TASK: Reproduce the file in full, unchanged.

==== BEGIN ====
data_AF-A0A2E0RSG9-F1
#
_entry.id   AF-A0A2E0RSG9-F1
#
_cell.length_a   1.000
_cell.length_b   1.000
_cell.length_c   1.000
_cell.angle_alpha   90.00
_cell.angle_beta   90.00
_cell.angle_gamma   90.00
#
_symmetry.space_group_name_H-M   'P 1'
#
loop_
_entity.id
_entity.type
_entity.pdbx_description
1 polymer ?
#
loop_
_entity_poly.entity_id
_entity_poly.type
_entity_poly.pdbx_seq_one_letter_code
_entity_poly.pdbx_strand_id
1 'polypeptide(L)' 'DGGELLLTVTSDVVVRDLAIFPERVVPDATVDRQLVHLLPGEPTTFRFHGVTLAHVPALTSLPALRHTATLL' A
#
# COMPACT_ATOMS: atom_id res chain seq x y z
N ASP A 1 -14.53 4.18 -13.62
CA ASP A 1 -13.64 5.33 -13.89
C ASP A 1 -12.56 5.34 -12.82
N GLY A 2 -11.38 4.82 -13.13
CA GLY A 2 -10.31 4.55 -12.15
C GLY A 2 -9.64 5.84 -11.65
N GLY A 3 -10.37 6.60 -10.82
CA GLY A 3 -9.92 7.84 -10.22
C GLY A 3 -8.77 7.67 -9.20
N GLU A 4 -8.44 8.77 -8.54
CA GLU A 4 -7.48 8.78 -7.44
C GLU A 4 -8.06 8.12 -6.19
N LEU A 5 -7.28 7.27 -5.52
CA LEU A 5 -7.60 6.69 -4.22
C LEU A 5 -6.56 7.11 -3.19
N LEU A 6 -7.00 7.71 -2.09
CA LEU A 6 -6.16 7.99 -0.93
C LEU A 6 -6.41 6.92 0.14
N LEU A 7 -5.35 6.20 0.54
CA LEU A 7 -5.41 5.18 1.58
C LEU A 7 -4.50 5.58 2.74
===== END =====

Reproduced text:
data_AF-A0A2E0RSG9-F1
#
_entry.id   AF-A0A2E0RSG9-F1
#
_cell.length_a   1.000
_cell.length_b   1.000
_cell.length_c   1.000
_cell.angle_alpha   90.00
_cell.angle_beta   90.00
_cell.angle_gamma   90.00
#
_symmetry.space_group_name_H-M   'P 1'
#
loop_
_entity.id
_entity.type
_entity.pdbx_description
1 polymer ?
#
loop_
_entity_poly.entity_id
_entity_poly.type
_entity_poly.pdbx_seq_one_letter_code
_entity_poly.pdbx_strand_id
1 'polypeptide(L)' 'DGGELLLTVTSDVVVRDLAIFPERVVPDATVDRQLVHLLPGEPTTFRFHGVTLAHVPALTSLPALRHTATLL' A
#
# COMPACT_ATOMS: atom_id res chain seq x y z
N ASP A 1 -14.53 4.18 -13.62
CA ASP A 1 -13.64 5.33 -13.89
C ASP A 1 -12.56 5.34 -12.82
N GLY A 2 -11.38 4.82 -13.13
CA GLY A 2 -10.31 4.55 -12.15
C GLY A 2 -9.64 5.84 -11.65
N GLY A 3 -10.37 6.60 -10.82
CA GLY A 3 -9.92 7.84 -10.22
C GLY A 3 -8.77 7.67 -9.20
N GLU A 4 -8.44 8.77 -8.54
CA GLU A 4 -7.48 8.78 -7.44
C GLU A 4 -8.06 8.12 -6.19
N LEU A 5 -7.28 7.27 -5.52
CA LEU A 5 -7.60 6.69 -4.22
C LEU A 5 -6.56 7.11 -3.19
N LEU A 6 -7.00 7.71 -2.09
CA LEU A 6 -6.16 7.99 -0.93
C LEU A 6 -6.41 6.92 0.14
N LEU A 7 -5.35 6.20 0.54
CA LEU A 7 -5.41 5.18 1.58
C LEU A 7 -4.50 5.58 2.74